one thing I'd like to play with is blacksmithing. I have a small forge
and a trashcan full of coal, so it's not like I NEED another way to
make iron turn red, but I regularly generate bunches of sawdust and I
just happen to have a spare blower just laying about. anybody here
ever built a sawdust fired blast furnace? seems to me the trick is
gonna be to get the mix of sawdust and air right and to keep it lit.
it might need a "pilot" of a propane flame and some sort of sifting
mechanism to act like a carbeurator to keep a steady amount of sawdust
entering the stream of air.
hey, it might work....
Of course, coal is ground to dust and sprayed in new boilers, but except as
some money sink, I can't see why you'd choose any method over anthracite. A
lot of things must be kept within narrow limits to keep the right mix.
You haven't checked prices and shipping rate for smith-grade coal, have
If you can show up at with a truck at the coal mine, even top-grade
forge coal is cheaper than the gas to haul it. If you live too far to
make that practical, then you don't even want to know the rate for a
pallet of bagged Old Smithy coal.
Nope, recognizing the difficulties, I merely remarked that it did not seem
worth the effort. A point which others have made over and over.
Oh yes, carbon density in hardwood makes it a much better choice for
charcoal, crotchety old caps-posters notwithstanding. Now, if he sets up a
turpentine distillation retort....
It'll work just fine if you can figure out a way to control the
transfer the sawdust to the burner.
I've tried to build sawdust burners for pottery kilns with limited
The main problem is feeding the sawdust into the burner. Fairly large
volumes of sawdust are required & if you care at all about efficiency
the rate of feed has to be constant.
I was pretty successful in making an auger feeder to mix the sawdust
with the airstream but had problems reliably transfering the sawdust
to the auger. I tried a funnel type supply to the auger, but was
constantly faced with the sawdust bridging over in the narrow neck of
the funnel thereby interrupting the feed rate.
Maintaining ignition is not a problem once the kiln is red.
A good strategy might be to build a fluidized bed for the sawdust then
draw off the fluidized mixture as needed. It'd be pretty easy to do if
the dust is coarse enough. The coarse dust from a two stage dust
collector might work in a fluidized bed.
If you are interested I can post some numbers about air/dust ratios,
dust densities, etc.
I'd really like to see a simple, workable sawdust burner design. It
might help a lot of smiths and potters.
On 23 Dec 2003 08:27:40 -0800, email@example.com (dave martin)
well, you already have a blower going, so I guess some of that air
could be used for the fluidized bed. if the blower outlet routes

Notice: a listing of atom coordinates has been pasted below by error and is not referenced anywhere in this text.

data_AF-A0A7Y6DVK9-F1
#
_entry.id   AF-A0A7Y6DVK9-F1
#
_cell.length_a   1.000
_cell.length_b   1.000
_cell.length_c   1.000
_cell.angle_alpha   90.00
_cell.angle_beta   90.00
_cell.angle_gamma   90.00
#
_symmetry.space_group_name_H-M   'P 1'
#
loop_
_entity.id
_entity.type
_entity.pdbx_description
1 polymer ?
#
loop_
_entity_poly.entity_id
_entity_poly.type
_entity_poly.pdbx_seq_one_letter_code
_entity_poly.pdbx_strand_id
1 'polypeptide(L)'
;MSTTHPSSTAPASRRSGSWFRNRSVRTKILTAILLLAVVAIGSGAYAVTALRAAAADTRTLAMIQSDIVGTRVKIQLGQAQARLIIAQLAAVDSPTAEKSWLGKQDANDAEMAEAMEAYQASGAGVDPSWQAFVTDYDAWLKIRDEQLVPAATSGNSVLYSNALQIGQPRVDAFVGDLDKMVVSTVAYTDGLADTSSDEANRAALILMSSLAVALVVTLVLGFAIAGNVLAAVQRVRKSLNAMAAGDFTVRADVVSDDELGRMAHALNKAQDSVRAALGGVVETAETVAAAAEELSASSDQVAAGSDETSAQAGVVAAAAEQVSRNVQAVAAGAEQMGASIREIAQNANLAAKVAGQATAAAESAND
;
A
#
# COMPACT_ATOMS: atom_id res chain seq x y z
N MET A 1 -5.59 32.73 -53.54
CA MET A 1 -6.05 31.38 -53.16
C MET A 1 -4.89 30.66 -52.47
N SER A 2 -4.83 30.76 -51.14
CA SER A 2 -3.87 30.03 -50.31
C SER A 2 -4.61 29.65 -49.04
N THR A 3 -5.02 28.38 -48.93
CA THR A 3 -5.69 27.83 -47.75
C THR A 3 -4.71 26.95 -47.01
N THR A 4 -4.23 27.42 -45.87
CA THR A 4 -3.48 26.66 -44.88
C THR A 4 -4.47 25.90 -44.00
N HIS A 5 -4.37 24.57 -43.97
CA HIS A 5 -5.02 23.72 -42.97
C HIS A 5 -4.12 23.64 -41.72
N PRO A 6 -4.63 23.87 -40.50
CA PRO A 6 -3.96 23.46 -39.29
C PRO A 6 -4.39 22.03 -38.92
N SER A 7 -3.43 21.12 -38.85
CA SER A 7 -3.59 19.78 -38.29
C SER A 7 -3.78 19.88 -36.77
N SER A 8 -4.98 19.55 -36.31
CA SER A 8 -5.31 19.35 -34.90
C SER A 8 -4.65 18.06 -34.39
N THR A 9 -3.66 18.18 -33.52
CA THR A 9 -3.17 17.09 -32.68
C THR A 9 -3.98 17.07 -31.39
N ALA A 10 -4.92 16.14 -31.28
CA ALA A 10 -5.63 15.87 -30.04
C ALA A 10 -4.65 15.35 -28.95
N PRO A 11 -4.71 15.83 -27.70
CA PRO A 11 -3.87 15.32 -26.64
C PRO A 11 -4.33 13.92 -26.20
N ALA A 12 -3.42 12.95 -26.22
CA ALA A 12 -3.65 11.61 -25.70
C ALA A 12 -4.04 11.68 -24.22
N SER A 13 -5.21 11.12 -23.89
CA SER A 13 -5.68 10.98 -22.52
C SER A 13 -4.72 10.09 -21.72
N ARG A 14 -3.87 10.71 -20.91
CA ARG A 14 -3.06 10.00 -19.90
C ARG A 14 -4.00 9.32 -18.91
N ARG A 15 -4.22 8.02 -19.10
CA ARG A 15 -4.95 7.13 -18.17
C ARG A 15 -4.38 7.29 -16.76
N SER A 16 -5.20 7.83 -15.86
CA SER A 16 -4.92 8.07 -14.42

through the sawdust bin on it's way to the burner and has baffles and
vents in it it just might work. could get exciting in a flashback
Basically what you have to do is very similar to what coal fired utilities
do with coal.
They grind the coal almost as fine as talcum powder, then blow it in the top
of the boiler, which may be 5-6 stories high, and allow it to burn in the
air while falling to the ground.
You face the same probelm with sawdust.
You need to aerate the sawdust so that it will burn.
Not an easy job to do in your typical shop.
S/A: Challenge, The Bullet Proof Boat, (Under Construction in the Southland)
On Mon, 22 Dec 2003 22:57:36 -0700, firstname.lastname@example.org wrote:
That's different from a blast furnace. A blast furnace reduces iron
oxide ores to metallic iron, so you need a fuel that can give a
reducing atmosphere. You also need an atmosphere that's free of
impurities (particularly sulphur, the minor additions and any tendency
to excess carbon) Sawdust won't do this - far too many volatile
Even for smithing, I doubt if sawdust is usable. Perhaps if you could
burn it to charcoal first, but that's going to need a sealed retort as
you cant burn sawdust in a charcoal burner's mound or a drum.
Klein bottle for rent. Apply within.
Your'e right. I even thought about that difference as I was typing
that, but I went ahead.... late night, I guess. I 'spose what I was
looking for is more properly called a sawdust fired forge.... although
to be frank about it, a lot of what I'm curoius about is what it would
take to sustain a high volume sawdust flame.
No coal or sawdust needed. Use LP gas!
See http://www.reil1.net/design.shtml for a bunch of LP burner
designs that don't need blowers. Also a full-blown forge at
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